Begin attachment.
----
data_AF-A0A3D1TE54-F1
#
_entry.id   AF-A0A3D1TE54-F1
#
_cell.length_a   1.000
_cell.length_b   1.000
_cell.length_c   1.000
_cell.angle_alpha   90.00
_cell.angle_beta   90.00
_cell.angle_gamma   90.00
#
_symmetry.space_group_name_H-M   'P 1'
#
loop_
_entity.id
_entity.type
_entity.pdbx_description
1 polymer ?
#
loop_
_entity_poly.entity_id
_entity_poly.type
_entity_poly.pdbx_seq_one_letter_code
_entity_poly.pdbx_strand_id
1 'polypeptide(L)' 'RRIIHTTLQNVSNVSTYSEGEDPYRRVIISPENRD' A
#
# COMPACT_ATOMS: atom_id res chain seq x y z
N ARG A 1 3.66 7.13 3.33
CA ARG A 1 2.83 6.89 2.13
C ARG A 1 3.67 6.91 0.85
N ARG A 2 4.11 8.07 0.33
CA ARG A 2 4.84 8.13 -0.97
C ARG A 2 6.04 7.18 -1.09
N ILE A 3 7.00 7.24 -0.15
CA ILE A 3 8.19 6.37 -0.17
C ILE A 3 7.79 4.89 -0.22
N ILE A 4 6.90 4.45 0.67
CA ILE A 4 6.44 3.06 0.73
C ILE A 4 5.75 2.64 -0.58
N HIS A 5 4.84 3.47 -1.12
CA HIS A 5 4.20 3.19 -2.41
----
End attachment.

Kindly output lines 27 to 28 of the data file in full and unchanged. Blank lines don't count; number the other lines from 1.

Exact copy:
# COMPACT_ATOMS: atom_id res chain seq x y z
N ARG A 1 3.66 7.13 3.33